Also, if prominent business people want to engage in their right to participate in political donations and activity then they also have to accept that the people who disagree with them will do the same. And yes, sometimes other businesses are just as bad but you pick your battles- just make sure you make it known you are fighting them and for what reason. Hell, while all these pros are in San Diego maybe they should plan a benefit comic to support the gay marriage effort in California!

  55. If your going to make a difference, make a difference. Boycotting the bar, which in practise at best would amount to a partial boycott, or slump in sales is not going to hurt the owner of the hotal chain. However, it’s going to hurt the working class people who survive off their tips, many of whom may be banking on big events like comic con to pay off bills or keep their head above water.

    My mother-in-law was a hotel waitress for years and she busted her ass as a single mom to put food on the plates of her two kids. If we were talking about salaried employees who get a steady check either way I’d be right on board, but this tactic wouldn’t amount to anything more than working class men and women bring less money home in their pocket in an already challenging economy.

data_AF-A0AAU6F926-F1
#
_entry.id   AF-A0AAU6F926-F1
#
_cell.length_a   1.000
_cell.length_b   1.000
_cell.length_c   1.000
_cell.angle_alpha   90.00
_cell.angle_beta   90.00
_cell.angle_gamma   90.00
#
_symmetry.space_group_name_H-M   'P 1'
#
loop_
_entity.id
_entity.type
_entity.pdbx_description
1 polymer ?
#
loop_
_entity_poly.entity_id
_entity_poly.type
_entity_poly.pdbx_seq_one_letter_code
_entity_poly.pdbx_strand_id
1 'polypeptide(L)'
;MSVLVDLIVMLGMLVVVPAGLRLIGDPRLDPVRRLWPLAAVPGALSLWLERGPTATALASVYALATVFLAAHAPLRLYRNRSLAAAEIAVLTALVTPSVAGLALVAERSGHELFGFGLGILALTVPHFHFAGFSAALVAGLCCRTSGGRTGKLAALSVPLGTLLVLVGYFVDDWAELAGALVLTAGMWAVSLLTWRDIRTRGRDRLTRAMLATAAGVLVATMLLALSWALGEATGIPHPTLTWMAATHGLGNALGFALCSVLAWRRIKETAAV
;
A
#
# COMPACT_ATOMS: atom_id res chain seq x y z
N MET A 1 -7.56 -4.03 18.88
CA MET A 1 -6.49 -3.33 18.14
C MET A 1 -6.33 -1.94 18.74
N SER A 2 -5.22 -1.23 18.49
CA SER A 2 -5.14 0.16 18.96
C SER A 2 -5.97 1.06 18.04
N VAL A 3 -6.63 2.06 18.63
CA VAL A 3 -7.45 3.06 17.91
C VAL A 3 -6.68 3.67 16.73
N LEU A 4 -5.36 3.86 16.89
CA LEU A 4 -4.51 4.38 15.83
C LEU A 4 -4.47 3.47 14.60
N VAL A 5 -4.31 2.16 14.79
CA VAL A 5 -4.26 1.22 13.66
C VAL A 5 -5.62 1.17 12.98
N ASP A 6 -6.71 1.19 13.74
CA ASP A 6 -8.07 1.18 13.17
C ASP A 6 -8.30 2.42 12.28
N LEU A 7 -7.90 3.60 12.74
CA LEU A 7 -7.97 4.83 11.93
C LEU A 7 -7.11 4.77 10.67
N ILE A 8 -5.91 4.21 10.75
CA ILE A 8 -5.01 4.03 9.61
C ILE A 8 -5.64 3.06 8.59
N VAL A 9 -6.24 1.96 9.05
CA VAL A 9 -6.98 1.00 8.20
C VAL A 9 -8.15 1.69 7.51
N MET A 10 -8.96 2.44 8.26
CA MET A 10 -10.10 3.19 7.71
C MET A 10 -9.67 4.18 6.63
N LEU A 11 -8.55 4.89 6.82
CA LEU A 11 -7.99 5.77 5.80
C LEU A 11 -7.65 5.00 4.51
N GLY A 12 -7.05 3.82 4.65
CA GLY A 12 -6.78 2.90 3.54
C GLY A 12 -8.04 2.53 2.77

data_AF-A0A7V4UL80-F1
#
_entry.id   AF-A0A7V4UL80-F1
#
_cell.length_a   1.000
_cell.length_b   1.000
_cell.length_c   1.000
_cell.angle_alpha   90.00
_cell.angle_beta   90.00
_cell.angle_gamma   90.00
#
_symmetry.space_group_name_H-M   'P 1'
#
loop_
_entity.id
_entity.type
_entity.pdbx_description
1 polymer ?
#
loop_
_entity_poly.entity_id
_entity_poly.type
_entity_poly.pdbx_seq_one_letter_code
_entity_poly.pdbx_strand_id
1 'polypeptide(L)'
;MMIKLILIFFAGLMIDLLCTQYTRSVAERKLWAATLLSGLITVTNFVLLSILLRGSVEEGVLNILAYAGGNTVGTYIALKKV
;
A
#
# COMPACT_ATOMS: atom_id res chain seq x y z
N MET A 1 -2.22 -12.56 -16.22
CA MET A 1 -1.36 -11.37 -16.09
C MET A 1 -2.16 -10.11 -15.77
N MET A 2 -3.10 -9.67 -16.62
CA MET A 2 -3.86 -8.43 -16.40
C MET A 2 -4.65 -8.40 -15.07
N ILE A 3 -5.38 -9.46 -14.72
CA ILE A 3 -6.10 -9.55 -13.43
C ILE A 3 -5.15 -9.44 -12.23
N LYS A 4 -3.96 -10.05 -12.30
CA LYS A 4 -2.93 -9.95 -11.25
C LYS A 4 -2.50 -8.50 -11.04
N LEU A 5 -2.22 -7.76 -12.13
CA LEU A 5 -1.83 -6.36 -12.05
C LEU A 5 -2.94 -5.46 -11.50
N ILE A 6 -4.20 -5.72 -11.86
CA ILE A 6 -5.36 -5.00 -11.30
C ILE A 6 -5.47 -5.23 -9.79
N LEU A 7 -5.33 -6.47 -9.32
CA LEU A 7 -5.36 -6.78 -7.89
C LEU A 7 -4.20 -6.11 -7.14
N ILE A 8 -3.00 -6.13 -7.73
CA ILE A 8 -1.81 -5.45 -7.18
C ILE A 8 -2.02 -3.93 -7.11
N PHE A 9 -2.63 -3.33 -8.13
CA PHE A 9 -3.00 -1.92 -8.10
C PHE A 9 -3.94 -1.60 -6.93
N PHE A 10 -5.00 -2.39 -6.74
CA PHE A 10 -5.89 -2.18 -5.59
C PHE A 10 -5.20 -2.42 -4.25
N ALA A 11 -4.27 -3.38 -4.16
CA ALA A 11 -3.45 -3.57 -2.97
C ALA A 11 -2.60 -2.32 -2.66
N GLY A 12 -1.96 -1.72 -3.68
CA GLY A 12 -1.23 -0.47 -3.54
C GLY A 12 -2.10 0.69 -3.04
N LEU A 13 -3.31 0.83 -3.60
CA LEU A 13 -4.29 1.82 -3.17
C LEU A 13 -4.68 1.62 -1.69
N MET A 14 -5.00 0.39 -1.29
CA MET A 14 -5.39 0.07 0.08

How about this, order a soda and tip the waiter like it was a $22 martini.

  56. Hello, everyone read what Jimmy said above.

    Honestly, I have had lots of personal problems with the Hyatt and the bar scene there is more like Pandemonium than a good time. I boycott it EVERY YEAR. So everyone bring their own supply, give the hard working single moms a $20 tip, and then kiss someone of the same sex. Then everyone will be happy.

    Although Tom’s idea of assless leather chaps also sounds good.